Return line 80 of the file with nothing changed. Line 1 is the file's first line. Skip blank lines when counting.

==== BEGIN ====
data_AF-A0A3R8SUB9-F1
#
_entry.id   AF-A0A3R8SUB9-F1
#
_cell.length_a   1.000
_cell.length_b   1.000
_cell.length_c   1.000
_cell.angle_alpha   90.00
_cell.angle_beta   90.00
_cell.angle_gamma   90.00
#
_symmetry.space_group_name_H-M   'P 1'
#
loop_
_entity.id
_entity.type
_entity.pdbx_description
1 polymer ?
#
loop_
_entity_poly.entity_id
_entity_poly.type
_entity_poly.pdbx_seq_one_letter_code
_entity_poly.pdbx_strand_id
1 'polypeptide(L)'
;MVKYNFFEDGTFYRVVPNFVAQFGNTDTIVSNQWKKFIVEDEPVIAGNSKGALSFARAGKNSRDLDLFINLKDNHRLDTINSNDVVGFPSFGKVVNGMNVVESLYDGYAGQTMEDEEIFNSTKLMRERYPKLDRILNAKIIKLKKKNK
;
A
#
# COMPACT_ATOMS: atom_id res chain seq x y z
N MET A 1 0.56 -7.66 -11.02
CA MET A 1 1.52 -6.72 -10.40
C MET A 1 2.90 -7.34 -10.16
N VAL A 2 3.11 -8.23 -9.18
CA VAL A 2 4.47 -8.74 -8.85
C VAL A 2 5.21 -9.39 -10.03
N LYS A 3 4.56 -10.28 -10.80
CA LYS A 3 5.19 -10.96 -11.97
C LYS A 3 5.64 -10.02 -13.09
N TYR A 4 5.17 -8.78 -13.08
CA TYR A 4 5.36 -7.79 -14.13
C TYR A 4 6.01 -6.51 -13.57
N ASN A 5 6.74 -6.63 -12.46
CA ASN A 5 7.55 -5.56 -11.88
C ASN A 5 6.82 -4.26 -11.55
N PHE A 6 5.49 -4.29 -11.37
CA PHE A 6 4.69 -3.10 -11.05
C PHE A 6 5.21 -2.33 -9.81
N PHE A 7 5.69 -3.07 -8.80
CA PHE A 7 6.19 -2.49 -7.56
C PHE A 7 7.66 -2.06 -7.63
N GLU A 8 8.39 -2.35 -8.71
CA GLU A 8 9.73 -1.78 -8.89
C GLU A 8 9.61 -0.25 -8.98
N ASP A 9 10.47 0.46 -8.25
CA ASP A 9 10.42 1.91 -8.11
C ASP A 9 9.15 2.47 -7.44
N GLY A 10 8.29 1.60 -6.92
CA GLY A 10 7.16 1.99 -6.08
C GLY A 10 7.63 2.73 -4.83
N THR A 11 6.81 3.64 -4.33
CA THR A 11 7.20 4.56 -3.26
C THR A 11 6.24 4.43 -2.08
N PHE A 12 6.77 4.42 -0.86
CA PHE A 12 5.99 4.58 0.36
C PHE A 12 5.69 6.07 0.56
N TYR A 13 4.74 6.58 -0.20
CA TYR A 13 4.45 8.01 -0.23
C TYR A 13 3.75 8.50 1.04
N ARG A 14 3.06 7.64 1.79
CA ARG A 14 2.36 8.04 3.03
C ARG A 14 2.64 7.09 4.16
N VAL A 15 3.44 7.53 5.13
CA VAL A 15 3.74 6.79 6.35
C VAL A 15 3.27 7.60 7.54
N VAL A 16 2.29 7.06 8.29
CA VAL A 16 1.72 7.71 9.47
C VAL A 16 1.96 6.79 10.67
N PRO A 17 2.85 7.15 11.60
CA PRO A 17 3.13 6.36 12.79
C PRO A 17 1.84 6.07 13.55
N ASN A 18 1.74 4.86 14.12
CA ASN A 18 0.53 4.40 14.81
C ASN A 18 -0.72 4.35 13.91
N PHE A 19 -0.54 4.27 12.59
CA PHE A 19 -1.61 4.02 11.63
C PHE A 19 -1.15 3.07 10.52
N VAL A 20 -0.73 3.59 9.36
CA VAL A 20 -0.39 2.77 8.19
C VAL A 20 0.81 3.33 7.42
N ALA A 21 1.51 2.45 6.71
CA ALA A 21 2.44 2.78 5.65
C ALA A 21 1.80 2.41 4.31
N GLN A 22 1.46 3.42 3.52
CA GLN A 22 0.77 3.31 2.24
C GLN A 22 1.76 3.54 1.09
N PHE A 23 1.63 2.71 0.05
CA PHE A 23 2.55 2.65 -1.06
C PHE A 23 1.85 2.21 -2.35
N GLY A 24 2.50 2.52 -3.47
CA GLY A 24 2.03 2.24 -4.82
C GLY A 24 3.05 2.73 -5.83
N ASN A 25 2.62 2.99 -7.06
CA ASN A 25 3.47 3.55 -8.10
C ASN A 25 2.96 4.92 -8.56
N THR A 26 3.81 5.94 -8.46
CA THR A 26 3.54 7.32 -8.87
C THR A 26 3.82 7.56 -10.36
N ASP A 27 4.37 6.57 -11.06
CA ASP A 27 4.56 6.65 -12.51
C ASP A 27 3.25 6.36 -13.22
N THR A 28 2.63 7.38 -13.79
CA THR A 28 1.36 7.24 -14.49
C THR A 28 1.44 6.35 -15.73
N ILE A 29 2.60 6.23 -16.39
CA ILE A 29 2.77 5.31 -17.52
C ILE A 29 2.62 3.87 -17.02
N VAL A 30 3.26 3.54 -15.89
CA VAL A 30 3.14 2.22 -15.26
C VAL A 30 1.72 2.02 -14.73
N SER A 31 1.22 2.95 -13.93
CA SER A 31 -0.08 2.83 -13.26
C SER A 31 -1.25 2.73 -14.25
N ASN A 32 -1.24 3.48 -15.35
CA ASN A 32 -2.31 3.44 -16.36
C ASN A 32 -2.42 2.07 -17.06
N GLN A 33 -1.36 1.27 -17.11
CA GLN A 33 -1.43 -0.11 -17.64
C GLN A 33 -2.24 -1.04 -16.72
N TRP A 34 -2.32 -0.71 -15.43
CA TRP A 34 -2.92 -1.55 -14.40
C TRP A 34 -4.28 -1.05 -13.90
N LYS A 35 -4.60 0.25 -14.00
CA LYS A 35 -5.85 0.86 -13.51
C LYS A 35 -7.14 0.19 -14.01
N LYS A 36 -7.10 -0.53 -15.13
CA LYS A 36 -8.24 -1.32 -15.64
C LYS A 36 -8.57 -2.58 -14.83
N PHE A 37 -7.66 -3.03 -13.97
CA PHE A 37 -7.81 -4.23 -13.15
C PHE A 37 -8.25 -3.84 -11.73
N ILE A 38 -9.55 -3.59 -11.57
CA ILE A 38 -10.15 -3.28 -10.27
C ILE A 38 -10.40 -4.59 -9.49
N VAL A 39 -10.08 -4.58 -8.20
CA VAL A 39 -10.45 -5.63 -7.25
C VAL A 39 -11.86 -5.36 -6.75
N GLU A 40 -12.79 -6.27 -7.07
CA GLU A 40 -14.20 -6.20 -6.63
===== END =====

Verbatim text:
CA PRO A 17 3.13 6.36 12.79